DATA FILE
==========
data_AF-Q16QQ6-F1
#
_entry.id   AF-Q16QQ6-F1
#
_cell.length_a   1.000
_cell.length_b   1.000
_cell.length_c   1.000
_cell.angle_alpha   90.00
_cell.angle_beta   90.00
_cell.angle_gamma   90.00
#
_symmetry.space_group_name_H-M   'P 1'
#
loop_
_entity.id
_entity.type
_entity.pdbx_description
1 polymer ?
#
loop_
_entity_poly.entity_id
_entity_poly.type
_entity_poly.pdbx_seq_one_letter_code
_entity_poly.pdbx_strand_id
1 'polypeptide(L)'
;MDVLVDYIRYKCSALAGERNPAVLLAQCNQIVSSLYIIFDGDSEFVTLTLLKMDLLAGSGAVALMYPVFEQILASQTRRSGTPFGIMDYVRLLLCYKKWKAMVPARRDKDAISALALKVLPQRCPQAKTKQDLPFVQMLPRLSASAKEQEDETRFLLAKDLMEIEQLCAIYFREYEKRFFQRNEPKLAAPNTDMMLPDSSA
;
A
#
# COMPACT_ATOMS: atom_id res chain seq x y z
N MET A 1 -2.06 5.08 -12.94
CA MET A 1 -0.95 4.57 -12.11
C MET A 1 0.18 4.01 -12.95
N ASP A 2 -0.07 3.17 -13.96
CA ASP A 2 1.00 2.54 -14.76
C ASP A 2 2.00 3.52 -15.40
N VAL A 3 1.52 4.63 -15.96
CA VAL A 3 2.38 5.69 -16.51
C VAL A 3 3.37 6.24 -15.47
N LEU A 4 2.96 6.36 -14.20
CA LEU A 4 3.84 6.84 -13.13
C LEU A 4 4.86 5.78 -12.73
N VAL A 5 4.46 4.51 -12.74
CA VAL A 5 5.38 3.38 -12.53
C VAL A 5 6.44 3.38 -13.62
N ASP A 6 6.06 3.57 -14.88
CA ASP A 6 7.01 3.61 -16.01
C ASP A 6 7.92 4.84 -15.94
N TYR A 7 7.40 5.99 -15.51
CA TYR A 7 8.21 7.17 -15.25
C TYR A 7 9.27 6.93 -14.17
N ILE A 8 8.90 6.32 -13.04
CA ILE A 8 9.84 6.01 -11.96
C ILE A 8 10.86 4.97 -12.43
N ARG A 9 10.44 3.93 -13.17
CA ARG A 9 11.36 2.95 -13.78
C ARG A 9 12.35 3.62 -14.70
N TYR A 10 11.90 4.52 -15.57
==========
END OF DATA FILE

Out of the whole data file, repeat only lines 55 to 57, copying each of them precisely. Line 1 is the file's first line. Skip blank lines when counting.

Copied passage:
N ARG A 9 10.44 3.93 -13.17
CA ARG A 9 11.36 2.95 -13.78
C ARG A 9 12.35 3.62 -14.70